by Emmy Curtis [Air Force]
A few years ago I read a delightful Young Adult book called Anna and the French Kiss, by Stephanie Perkins. Perkins’s Paris was shiny and bright, just as it so often is in books and movies. It is the Paris of a visitor, not a resident; a Paris that is romantic and old and perfect and that looks great in a Woody Allen movie. It is the Paris I prefer, by a long shot, but it is not the real Paris.
I Am Having So Much Fun Here Without You shows the Paris I know. As I started this book, I found myself taken by the similarities to a situation I found myself in years ago: a British woman, married to a French man and living in Paris.
The book is about an ex-pat British artist, Richard, who is having an affair with an American woman, and finds himself distraught when she leaves him to marry a British chef. It is in the midst of this heartbreak that his French wife, Anne-Laure, discovers the affair, and when she leaves him, he suddenly realizes what real heartbreak feels like and endeavors to win her back.
This is a story that a friend may tell you about a friend of a friend. It has no plot point, no twists, no real surprises, but it almost documents the machinations of relationships, through betrayals, disappointments, and victories. It was an easy, if mildly uncomfortable read. Because the situation is so prosaic, you can almost place yourself in Richard’s life and empathize with his feelings and reactions (even if you’ve never considered cheating on your significant other!).
Paris is an esthetically pleasing city, no doubt, but this book correctly depicts it as I found it all those years ago. A little claustrophobic, a little unforgiving to any feeling you have other than romantic love. The city envelops you like a shroud when you are down, pressing you further and further into a funk, which I thought the author showed perfectly in her narrative.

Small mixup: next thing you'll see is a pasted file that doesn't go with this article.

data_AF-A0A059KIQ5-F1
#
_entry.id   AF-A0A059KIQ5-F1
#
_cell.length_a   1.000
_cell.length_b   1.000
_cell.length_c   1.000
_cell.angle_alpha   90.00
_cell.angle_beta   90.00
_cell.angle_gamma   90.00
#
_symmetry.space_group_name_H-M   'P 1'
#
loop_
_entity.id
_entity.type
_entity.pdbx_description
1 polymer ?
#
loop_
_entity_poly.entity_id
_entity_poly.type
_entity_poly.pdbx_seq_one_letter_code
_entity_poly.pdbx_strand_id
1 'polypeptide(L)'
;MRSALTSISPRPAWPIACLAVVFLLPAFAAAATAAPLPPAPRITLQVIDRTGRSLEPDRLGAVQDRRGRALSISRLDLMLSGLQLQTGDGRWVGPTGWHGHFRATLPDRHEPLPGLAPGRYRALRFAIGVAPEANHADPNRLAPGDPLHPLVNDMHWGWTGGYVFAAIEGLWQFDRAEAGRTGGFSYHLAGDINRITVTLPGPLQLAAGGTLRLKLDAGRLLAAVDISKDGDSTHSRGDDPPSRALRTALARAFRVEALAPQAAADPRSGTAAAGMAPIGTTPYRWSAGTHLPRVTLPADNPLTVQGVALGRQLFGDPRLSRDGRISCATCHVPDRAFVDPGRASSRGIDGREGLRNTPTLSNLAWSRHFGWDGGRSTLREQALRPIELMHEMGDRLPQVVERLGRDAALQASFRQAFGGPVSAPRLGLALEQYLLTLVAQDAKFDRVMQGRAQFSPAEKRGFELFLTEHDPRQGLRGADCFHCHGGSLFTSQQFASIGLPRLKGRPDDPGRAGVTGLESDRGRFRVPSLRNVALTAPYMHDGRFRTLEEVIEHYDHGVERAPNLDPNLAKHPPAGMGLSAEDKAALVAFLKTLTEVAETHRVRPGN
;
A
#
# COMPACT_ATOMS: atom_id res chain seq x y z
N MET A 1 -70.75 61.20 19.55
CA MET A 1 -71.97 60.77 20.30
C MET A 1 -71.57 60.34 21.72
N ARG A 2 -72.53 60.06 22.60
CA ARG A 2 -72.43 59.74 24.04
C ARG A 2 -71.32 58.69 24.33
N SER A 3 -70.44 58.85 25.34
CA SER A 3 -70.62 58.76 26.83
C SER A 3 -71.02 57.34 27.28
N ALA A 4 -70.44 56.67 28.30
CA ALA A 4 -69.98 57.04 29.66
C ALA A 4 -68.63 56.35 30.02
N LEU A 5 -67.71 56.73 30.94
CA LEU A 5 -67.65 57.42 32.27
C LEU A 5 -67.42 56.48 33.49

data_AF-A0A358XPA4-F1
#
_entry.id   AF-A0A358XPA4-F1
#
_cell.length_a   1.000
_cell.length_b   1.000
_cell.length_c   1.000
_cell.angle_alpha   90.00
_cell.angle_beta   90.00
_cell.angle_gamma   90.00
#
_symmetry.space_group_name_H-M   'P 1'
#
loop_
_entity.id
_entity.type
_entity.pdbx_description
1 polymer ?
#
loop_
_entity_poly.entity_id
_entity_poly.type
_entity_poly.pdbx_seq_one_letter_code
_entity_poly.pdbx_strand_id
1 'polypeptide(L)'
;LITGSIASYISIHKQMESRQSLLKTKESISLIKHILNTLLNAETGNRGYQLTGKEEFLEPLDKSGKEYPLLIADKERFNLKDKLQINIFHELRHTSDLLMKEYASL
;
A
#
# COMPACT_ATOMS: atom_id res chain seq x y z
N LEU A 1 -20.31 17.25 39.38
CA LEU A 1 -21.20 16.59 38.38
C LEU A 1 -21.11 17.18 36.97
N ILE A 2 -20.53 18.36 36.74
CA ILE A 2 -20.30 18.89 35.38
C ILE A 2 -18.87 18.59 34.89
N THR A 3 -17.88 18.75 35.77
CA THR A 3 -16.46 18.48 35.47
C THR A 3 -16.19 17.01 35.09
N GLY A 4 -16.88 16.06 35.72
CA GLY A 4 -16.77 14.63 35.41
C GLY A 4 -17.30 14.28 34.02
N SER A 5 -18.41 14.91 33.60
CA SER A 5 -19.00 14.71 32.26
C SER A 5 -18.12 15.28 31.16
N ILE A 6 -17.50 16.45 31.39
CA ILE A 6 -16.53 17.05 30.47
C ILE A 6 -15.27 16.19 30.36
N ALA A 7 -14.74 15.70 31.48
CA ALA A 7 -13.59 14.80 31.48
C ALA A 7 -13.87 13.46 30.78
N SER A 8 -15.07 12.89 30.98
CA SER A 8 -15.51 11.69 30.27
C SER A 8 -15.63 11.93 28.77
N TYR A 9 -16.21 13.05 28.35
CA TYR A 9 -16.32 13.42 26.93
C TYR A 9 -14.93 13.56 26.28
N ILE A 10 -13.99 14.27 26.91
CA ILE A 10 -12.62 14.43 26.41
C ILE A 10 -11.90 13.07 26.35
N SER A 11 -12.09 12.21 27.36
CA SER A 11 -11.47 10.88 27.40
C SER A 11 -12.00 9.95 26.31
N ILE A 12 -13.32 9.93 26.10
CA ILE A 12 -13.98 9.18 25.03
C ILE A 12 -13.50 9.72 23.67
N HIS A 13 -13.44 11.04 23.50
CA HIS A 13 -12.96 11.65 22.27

author Courtney Maum
As a Brit, there were some wince-inducing vocab slips, enough that they sometimes took me out of the story. The American author introduced a La-Z-Boy into a UK middle-class household, which would be very unusual (yes they are sold there, but are not at all prevalent), and had British people talking about ‘windshields’ (they’re windscreens in the UK!). There were several other instances that I noticed enough at the time to think, “What?”
Anne, the French wife and lawyer, introduces herself as “Anne-Laure de Bourigeaud, Esquire” to another French person. Esquire as a denotation of one having a legal degree is uniquely American. No way would a French person, let alone a woman (in Europe it denotes a man of ‘gentle’ birth), say that.
So for me, the author definitely showed an American perspective in the narrative although, other than Richard’s mistress, there was only one minor character (shown on the page one time) who was American. It really made the book US-centric, when in fact a book about an Englishman and a French woman, set in France, shouldn’t be. And sometimes that interrupted my enjoyment of it.
Still, this was an accomplished debut. It is definitely a book to put on your reading list…especially if you’re American!
Maum, Courtney. I Am Having So Much Fun Here Without You. Touchstone, June 2014.
Courtney Maum in Publisher’s Weekly (“what’s so wonderful about life: these up-and-down moments”)
Courtney Maum talks marriage (it’s “freakin’ awkward”) and first-novels in Metro
Buy I Am Having So Much Fun Here Without You
About the Reviewer:
Emmy Curtis is a US Air Force wife, an editor and a romantic suspense writer. An ex-pat Brit, she quells her homesickness with Cadbury Flakes and Fray Bentos pies. She’s lived in London, Paris and New York, and has settled for the time being in North Carolina. When not writing, Emmy loves to travel with her husband and take long walks with their Lab. All things considered, her life is chock full of hoot, just a little bit of nanny. And if you get that reference…well, she already considers you kin.